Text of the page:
My 11-year-old daughter was diagnosed with tinnitus at just eight years old. To mark the British Tinnitus Association’s Tinnitus Week campaign - Kids Talk Tinnitus - I want to share her story.
Amy has had tremendous trouble with her ears from being a small baby. She had repeated ear infections, was diagnosed with glue ear and as she got older it was clear she also had hearing loss.
Amy then started complaining of a buzzing sound in her ear that was getting worse so we mentioned it to her ENT doctor and were told it was tinnitus. Looking back we think she had it for a lot longer as she could get very upset about everyday things. But as it is very difficult for a child to verbalise the sound and its impact we think she didn’t really understand what she was experiencing until it became louder and she was asked the direct question about what she was hearing.
The two different sounds Amy hears can become overwhelming at times. This has impacted on her school life as she has to concentrate so much harder to hear over the sounds. This could easily be mistaken for Amy day dreaming but when she feels that the tinnitus is taking over and she is tired, because she also finds it tough to sleep at night, it is almost impossible for her to carry on as normal.
When Amy’s tinnitus is bad it is impossible to communicate with her, it’s like she goes into her own world, which as a parent, is really upsetting to witness. For this reason, it can also be quite an isolating condition that is a challenge for children who want to socialise and be with their friends.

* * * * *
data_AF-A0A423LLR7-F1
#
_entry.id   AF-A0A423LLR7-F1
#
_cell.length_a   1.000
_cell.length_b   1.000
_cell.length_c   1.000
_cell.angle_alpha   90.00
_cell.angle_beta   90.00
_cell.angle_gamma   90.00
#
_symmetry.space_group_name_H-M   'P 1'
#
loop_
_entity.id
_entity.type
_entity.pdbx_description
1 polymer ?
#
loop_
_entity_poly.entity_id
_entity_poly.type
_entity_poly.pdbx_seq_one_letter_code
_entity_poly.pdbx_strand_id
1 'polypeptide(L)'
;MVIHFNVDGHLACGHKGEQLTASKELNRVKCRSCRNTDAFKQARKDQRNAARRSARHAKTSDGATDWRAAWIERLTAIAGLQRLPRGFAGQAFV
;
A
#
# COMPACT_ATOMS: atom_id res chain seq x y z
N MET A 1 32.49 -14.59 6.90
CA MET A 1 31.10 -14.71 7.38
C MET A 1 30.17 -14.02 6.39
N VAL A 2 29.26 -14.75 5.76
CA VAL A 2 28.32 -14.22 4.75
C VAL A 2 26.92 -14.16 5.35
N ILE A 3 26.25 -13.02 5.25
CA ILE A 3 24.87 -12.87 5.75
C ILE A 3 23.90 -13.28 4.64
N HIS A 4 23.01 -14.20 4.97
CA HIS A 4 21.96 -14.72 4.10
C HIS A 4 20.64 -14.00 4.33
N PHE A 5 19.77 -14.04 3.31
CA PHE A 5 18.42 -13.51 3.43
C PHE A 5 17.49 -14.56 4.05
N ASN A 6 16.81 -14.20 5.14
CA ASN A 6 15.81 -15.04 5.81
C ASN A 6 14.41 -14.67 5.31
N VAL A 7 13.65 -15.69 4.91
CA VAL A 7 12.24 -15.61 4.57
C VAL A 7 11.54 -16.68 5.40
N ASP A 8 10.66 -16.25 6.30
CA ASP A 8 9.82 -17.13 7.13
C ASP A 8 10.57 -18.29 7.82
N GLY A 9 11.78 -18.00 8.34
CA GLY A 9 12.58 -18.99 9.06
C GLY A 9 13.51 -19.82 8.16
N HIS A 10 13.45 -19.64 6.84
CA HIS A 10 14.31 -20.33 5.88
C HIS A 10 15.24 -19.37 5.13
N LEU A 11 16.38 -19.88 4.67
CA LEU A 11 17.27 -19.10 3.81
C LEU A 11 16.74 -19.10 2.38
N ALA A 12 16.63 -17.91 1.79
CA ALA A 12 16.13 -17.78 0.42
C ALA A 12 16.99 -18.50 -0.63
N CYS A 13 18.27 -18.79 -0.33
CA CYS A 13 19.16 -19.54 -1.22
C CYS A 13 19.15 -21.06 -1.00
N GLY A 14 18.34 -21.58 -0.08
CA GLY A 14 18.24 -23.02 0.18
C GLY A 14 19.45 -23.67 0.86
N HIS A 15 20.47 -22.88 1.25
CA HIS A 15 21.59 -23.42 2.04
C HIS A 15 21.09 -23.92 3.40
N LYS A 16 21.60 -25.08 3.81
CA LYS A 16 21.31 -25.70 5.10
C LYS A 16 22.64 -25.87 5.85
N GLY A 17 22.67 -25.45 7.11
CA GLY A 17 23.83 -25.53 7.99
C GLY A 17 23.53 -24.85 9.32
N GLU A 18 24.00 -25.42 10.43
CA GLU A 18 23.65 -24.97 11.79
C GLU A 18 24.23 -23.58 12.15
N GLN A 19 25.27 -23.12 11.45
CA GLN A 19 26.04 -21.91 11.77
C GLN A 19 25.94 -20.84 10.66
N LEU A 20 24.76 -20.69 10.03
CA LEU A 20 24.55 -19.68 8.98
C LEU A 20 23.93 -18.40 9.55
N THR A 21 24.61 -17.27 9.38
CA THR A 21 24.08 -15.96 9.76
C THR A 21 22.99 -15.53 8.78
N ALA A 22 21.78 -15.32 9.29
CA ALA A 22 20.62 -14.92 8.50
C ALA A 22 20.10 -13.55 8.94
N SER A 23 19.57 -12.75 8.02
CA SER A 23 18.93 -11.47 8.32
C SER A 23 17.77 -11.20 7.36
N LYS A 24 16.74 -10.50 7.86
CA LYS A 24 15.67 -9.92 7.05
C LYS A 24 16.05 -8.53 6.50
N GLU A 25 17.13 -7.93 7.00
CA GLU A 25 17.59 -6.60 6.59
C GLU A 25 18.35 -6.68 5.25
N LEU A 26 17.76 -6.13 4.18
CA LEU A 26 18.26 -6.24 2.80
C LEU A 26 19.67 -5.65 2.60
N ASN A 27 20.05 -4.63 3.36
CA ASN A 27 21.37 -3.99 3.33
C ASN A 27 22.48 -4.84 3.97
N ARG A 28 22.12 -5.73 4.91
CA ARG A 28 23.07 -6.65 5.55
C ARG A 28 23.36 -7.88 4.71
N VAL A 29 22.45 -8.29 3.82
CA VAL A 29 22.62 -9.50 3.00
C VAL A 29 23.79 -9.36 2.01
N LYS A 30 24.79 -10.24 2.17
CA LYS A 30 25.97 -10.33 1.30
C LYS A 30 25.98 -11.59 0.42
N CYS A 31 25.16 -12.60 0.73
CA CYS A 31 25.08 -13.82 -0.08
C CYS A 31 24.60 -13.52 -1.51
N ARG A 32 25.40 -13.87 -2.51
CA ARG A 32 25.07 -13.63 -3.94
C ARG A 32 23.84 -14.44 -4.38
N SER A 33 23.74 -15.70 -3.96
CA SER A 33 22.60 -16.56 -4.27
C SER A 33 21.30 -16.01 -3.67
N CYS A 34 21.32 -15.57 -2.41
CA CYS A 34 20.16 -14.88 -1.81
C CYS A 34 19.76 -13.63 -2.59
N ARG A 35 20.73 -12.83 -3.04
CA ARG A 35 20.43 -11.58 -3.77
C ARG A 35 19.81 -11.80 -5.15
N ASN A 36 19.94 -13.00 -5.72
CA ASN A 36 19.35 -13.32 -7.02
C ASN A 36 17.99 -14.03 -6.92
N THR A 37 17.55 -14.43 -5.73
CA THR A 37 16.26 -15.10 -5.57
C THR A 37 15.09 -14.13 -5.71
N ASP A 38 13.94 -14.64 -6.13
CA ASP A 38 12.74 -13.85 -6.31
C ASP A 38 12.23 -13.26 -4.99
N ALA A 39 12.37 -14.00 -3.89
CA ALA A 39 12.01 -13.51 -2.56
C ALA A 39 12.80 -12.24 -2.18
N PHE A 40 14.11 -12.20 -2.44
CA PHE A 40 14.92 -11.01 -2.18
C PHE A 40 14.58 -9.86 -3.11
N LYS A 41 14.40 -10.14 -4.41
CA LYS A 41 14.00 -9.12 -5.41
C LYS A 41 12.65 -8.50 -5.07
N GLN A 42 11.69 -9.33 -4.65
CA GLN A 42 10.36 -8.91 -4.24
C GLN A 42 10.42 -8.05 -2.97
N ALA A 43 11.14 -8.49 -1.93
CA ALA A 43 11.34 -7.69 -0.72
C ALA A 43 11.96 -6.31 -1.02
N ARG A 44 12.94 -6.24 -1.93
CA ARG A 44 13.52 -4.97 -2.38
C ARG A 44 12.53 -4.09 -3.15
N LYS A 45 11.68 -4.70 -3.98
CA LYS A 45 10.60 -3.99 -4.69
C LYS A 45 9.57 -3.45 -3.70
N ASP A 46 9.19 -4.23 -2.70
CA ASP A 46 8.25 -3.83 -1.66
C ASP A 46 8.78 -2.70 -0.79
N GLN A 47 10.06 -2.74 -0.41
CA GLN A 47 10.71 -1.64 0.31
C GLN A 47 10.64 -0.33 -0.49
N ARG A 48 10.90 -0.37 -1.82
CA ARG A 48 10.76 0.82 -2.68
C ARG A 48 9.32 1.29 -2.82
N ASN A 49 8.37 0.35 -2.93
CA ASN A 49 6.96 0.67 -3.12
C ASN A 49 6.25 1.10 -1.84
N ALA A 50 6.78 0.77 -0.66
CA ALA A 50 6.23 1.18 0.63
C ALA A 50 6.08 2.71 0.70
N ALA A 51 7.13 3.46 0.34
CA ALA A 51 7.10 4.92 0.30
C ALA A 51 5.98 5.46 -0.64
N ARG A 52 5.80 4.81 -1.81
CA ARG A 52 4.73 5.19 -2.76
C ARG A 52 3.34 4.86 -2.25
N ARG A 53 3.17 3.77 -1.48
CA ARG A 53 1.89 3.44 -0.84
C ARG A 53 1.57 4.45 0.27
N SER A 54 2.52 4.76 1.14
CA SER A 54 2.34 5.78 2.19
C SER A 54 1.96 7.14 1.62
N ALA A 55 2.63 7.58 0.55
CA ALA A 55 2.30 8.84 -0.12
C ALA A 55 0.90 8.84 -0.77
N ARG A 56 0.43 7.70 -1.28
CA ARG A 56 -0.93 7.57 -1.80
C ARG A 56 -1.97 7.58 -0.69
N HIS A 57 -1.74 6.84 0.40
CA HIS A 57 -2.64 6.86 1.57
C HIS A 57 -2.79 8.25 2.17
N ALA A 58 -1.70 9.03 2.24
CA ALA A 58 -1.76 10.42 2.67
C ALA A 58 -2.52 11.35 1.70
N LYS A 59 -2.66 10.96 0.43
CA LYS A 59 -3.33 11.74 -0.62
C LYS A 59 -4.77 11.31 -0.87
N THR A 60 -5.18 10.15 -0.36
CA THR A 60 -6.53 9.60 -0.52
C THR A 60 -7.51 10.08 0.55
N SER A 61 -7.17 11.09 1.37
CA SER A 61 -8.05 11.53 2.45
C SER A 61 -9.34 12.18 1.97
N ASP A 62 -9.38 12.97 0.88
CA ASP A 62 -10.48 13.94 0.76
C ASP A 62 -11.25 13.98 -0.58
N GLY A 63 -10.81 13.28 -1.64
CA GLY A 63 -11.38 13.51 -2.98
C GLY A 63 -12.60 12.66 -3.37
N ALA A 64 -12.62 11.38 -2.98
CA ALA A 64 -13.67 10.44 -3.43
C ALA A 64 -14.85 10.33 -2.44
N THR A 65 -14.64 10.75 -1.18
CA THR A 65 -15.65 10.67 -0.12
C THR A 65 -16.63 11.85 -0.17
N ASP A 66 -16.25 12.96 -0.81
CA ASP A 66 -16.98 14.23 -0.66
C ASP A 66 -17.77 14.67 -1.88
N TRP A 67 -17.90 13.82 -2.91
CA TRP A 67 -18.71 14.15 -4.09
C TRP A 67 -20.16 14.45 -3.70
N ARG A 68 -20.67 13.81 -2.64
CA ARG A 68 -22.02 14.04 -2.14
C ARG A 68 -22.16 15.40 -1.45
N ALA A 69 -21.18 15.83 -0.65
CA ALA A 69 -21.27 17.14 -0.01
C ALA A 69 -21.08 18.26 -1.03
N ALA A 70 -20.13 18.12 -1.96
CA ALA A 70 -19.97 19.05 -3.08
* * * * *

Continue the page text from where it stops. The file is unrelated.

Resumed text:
Amy attended a tinnitus clinic in Edinburgh for two years where they started her on sound therapy. It really helped her and she doesn’t need to use it now as her tinnitus is under control. This is down to Amy’s own perseverance and the responsibility she has taken to cope the best way she can and live her life. She does not want anyone to feel sorry for her.
She has created her own strategies such a tinnitus chart which is full of things she enjoys doing - they are all different ways she has found that help her distract her mind from the noise. We also contacted the BTA last year and they put us in touch with another girl around Amy’s age who has tinnitus. They have kept in touch and that has been really useful for Amy to know she is not alone.
I think in those early days before she was diagnosed I dismissed Amy as I didn’t realise tinnitus could affect younger people. It is a long term condition that can be awful to deal with at times and it impacts the whole family but we are so proud of how Amy has dealt with it and her positive approach and determination to get on with things shines through.
It can only be a good thing that the BTA is making more resources available for parents and schools to access because if we all work together, we can help make lives easier for children with tinnitus.
Tinnitus Week runs from 5-11 February 2018 aiming to get the nation talking about tinnitus and highlight the stories of those living with it, particularly children and young people. For more information please visit the British Tinnitus Association’s website www.tinnitus.org.uk. You can also follow the hashtag #TinnitusWeek on social media. To download the new BTA resources designed for parents and teachers to understand more about tinnitus and to support children with the condition visit: www.tinnitus.org.uk/Pages/Category/tinnitus-in-children